Browse Abstracts (20 total)

| by Burns, Marilyn

A triangle gets bored doing the same old thing every day. He decides to take up a different shape, so he visits the shapeshifter to add on a few more angles. After a life of being a quadrilateral, pentagon and hexagon, the shape returns to its old self of being a triangle.

| by DK Publishing

Do you wear a winter coat to the pool? No, you wear a winter coat in the snow! This book asks and answers silly yet important questions for children.

| by The Metropolitan Museum of Art

Children will love learning about shapes through works of art from the Metropolitan Museum of Art.

| by Mkatshaw, Dumazile

Leo was in the class watching ants crawl on the wall when his teacher asked on what animal he would be doing his project. He could only think of ants, about which he knew nothing. Leo goes to the library looking for a book and causes a terrible mess. Leo must find his book about ants, but he doesnメt know what it would look like.

| by Seegar, Laura Vaccaro

Experience the many vibrant colors while becoming acquainted with some of lifeメs common objects. Animals such as elephants and flamingos, foods such as carrots and eggplants, as well as objects like the moon and sky are illustrated here. Read all about these things and experience the rainbow of colors.

| by Carter, Don

In the morning trucks, such as dump trucks, bulldozers, cement mixers, tow trucks, cranes, and rollers, go to work. Learn about types of machines, sizes, colors, and numbers. At night, the trucks are finished working for the day.

| by Cole, Joanna//Calmenson, Stephanie

Come learn the alphabet, match words with pictures, and tell silly stories. Bright, colorful pictures and clever rhymes help capture and hold your attention.

| by McMillan, Bruce

This mouth-watering introduction to the basic unit of money uses tempting jelly beans and a simple progression of coins.

| by Showers, Paul

Losing and growing teeth are events that all children experience as they grow up. Learning how this process occurs and learning about the functions of teeth can be interesting and fun.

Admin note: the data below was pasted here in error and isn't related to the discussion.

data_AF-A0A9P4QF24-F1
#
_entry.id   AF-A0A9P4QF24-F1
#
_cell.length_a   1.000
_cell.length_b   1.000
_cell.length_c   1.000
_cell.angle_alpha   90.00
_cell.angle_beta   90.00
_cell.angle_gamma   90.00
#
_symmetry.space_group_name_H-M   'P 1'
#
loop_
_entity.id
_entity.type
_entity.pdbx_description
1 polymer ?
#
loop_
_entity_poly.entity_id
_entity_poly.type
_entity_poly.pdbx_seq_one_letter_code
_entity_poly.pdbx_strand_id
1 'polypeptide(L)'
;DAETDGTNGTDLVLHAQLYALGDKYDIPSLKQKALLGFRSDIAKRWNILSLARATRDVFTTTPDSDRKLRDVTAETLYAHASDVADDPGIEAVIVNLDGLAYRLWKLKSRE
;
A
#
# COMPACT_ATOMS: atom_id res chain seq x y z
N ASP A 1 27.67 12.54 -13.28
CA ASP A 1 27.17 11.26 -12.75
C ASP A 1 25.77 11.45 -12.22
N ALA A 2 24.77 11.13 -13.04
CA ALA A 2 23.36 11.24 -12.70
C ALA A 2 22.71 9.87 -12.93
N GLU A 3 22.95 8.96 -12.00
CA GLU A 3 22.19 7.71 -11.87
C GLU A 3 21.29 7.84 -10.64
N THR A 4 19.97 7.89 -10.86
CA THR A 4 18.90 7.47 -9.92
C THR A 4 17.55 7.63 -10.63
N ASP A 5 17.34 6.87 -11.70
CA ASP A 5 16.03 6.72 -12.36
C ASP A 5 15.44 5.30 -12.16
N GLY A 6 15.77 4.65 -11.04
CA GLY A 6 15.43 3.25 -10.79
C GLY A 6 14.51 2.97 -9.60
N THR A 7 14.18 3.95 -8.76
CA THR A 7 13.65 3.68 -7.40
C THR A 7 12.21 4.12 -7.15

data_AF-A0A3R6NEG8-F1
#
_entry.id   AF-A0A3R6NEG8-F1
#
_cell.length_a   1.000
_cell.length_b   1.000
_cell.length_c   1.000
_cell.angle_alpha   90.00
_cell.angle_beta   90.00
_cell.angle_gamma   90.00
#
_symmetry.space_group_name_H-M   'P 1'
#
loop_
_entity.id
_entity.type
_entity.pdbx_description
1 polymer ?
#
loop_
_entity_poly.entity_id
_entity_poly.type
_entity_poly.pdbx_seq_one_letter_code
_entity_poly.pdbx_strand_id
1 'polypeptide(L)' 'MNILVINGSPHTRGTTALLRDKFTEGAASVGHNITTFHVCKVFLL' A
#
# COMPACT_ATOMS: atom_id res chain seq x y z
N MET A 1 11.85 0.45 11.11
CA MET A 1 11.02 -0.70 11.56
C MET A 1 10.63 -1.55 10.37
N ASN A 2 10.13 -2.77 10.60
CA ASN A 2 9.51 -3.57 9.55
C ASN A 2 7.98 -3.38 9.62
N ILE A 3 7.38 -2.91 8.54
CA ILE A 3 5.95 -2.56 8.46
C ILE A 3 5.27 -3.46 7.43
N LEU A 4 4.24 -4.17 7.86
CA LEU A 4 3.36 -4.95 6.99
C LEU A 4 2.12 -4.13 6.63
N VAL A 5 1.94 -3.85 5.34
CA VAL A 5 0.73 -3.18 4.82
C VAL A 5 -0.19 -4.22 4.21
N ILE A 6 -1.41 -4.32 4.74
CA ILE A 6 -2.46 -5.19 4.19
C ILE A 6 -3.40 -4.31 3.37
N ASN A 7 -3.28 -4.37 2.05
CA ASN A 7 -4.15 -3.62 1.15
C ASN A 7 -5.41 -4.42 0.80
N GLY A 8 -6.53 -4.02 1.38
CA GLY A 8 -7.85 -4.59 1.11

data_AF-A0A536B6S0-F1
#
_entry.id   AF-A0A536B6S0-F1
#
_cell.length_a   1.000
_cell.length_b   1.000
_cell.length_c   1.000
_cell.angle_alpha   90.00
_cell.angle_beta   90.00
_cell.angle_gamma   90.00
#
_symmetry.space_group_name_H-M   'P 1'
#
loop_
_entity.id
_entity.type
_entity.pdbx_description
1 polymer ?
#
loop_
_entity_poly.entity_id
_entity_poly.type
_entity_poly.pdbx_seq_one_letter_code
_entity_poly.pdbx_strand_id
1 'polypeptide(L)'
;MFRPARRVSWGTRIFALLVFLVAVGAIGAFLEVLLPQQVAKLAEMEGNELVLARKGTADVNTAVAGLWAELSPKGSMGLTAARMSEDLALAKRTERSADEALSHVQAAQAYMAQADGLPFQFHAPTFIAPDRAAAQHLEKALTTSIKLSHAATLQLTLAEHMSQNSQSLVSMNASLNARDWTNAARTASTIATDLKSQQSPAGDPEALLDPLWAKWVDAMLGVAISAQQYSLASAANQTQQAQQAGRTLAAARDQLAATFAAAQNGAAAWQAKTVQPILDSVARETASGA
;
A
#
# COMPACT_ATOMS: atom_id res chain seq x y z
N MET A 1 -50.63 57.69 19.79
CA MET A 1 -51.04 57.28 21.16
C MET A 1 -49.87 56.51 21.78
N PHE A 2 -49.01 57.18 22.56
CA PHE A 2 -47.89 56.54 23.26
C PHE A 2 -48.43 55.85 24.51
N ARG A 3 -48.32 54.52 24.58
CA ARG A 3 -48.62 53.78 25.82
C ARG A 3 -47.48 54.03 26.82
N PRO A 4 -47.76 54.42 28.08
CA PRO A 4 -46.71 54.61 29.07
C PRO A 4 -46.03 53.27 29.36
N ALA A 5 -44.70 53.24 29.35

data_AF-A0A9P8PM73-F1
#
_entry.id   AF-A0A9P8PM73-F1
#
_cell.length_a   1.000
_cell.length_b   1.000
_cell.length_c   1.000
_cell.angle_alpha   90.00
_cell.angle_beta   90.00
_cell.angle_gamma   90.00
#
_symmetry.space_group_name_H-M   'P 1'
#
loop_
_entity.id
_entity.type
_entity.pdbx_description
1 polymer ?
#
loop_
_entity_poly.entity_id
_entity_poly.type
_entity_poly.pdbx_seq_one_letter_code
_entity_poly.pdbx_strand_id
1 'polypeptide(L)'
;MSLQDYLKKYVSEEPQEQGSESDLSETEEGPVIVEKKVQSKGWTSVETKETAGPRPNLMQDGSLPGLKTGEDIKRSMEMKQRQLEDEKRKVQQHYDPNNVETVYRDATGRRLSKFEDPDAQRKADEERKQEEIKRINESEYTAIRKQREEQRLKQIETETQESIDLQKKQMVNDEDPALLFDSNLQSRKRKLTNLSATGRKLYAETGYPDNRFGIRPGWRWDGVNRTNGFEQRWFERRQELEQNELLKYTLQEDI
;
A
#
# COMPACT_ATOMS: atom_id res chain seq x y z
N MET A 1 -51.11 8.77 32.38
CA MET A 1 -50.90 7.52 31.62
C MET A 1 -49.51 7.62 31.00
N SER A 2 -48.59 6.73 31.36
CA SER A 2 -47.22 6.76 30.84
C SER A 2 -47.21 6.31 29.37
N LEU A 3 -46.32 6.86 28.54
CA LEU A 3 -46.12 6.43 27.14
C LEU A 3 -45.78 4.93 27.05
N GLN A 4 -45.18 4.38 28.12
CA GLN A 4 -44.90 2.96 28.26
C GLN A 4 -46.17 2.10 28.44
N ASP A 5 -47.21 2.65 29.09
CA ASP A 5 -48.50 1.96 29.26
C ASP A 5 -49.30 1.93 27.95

| by McMillan, Bruce

Through the use of photographs, a little girl named Becca, displays opposites. For example, a full glass of milk and an empty glass of milk are opposites.

| by Schnur, Steven

The autumn season is described using the alphabet. From apple cider to weather, each letter of the alphabet describes what happens from September to December.

| by Pelletier, David

Come take a trip from A to Z. Each letter is drawn to represent a whole word. These wonderful pictures bring out each letter in its own way!

| by Pinnington, Andrea//Davies, Charlotte

The different types of hats, shoes, sportswear, underwear, dressing-up clothes, night clothes, cold-day clothes, and hot-day clothes are presented. For example, hot-day clothes include sunglasses, a skirt, a t-shirt, shorts, a swimsuit, a sun hat, and a sundress. Photographs of each article of clothing are provided.

| by Aylesworth, Jim

An old black fly bothers a crazy mixed-up family by flying around and interrupting every aspect of their lives. The fly progresses through the alphabet by landing first on an apple pie, a baby, cookies, then a dog.

| by Christelow, Eileen

Five little monkey experience the consequences of jumping on the bed because their mama called the doctor and the doctor said, No more monkeys jumping on the bed!

| by McMillan, Bruce

Using foods like muffins and pizza, two children divide up and share food in three quantities (one-half, one-third and one-fourth).

| by Anno, Mitsumasa

In this alphabet book, one page has the letter, and the corresponding page has a picture of something that begins with that letter.

| by Shannon, George

Join in and guess the product that will be made tomorrow from the clue given today. For example, A is for seed, tomorrow's apple.

| by Dahl, Michael

Learn to count by fives through artistic handprints made by children. Students use handprints to create leaves, butterflies, and turkeys, as well as other objects. Count along with the fingers from five to fifty. Dominoes at the bottom of each page show another way to count.

| by Dahl, Michael

Count by twos and see where your tracks take you. Can you follow the footprints in the snow?
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